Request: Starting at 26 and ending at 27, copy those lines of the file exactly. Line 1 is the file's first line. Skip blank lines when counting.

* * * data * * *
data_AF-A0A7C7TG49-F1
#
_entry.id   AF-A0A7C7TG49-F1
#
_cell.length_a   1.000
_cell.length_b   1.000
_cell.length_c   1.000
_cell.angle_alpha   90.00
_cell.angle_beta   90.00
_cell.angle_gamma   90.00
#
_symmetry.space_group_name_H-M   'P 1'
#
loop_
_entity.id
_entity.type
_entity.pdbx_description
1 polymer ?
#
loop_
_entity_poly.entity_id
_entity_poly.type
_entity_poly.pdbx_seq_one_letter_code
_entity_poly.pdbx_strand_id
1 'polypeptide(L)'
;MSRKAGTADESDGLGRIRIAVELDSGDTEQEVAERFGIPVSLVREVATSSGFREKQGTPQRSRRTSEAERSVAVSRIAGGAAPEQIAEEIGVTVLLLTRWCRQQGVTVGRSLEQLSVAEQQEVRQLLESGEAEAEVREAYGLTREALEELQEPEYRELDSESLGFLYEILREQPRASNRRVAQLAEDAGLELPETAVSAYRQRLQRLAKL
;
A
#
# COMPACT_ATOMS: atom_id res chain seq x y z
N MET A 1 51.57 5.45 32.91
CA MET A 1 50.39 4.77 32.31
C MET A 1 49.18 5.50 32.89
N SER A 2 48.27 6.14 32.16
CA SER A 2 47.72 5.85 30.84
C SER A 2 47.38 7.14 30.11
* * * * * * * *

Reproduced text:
;MSRKAGTADESDGLGRIRIAVELDSGDTEQEVAERFGIPVSLVREVATSSGFREKQGTPQRSRRTSEAERSVAVSRIAGGAAPEQIAEEIGVTVLLLTRWCRQQGVTVGRSLEQLSVAEQQEVRQLLESGEAEAEVREAYGLTREALEELQEPEYRELDSESLGFLYEILREQPRASNRRVAQLAEDAGLELPETAVSAYRQRLQRLAKL
;